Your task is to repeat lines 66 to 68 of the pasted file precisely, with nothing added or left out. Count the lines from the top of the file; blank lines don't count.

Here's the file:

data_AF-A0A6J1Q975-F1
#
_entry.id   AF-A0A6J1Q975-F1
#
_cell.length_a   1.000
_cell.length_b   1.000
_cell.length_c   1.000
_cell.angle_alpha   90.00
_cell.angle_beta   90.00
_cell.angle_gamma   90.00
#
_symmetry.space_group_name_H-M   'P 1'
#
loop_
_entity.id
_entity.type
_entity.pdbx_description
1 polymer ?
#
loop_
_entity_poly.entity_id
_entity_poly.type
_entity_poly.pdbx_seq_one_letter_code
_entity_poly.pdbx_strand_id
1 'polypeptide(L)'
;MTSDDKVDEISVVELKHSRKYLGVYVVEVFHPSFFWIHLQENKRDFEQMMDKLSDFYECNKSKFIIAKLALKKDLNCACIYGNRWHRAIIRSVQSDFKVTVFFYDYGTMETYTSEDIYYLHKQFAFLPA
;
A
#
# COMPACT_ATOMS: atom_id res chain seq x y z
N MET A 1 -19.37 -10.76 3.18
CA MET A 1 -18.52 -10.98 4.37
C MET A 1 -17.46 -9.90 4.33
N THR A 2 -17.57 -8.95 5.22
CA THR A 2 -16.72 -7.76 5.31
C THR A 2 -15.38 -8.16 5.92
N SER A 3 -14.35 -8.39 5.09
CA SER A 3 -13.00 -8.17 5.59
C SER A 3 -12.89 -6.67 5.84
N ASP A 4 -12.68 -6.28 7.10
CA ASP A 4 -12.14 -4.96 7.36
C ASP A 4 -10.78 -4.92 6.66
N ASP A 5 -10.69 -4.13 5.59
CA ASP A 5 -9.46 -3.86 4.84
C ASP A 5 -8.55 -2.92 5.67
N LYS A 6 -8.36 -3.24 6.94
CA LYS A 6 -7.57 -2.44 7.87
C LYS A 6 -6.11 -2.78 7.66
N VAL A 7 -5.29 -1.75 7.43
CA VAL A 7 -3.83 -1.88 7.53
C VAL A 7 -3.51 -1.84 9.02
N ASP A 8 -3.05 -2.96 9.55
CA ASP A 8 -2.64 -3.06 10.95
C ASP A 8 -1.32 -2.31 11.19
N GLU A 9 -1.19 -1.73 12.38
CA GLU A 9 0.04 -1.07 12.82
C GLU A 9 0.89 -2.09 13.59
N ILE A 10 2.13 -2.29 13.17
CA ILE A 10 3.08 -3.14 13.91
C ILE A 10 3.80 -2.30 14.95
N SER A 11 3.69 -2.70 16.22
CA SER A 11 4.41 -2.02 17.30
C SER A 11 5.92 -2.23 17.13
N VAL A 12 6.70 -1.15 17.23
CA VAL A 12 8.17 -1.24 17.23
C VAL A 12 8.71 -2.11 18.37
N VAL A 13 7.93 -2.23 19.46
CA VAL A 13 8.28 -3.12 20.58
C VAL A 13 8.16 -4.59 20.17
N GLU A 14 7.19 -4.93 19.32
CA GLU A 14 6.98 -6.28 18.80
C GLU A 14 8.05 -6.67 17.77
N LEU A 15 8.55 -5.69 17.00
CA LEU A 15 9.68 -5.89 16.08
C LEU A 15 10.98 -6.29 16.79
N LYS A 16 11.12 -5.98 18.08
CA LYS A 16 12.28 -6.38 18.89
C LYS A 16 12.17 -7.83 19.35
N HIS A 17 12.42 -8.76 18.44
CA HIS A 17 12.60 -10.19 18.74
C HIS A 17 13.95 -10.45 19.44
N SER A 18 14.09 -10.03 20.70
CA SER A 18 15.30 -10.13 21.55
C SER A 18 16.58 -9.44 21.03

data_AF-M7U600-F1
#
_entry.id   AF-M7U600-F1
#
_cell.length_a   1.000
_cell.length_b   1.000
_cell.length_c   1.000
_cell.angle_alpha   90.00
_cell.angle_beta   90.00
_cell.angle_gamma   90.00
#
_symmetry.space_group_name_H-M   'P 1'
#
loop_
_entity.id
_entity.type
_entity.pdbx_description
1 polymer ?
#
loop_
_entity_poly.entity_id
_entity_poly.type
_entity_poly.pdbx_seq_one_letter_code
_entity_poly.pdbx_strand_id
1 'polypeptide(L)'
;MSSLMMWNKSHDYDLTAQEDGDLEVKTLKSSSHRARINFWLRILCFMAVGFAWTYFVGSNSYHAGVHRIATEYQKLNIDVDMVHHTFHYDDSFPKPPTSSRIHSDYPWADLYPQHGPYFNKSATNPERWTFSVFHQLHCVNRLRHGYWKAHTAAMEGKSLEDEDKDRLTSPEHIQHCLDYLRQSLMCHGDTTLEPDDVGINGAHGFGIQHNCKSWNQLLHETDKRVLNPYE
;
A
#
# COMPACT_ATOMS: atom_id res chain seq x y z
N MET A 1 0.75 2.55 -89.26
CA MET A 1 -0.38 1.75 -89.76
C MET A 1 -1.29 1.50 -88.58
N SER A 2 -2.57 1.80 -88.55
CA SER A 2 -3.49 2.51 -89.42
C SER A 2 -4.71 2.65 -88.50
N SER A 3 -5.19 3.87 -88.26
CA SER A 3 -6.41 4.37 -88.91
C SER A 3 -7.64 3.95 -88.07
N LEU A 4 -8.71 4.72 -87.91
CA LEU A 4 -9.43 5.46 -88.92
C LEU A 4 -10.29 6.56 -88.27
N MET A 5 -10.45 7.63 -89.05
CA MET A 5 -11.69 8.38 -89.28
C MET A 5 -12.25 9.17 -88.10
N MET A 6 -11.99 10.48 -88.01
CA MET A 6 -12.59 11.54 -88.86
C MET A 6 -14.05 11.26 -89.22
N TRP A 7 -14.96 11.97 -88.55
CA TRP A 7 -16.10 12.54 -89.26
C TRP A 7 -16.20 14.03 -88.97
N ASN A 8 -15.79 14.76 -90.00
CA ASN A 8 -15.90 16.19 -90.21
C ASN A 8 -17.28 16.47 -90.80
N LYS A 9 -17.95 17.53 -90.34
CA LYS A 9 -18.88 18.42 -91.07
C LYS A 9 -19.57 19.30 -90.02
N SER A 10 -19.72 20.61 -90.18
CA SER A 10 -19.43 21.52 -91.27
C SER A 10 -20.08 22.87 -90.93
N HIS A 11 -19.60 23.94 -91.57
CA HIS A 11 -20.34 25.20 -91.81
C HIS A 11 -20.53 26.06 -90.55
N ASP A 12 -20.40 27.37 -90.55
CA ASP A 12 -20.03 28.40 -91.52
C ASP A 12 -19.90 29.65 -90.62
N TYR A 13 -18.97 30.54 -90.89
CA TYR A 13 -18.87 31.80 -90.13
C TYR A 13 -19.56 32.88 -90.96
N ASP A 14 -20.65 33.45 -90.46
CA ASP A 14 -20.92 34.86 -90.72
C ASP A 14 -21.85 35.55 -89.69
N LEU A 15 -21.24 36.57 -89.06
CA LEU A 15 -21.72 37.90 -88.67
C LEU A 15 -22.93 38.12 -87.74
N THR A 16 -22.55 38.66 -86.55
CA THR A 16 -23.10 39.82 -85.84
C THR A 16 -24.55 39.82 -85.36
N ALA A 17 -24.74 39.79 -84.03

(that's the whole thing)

C VAL A 12 8.71 -2.11 18.37
N VAL A 13 7.93 -2.23 19.46
CA VAL A 13 8.28 -3.12 20.58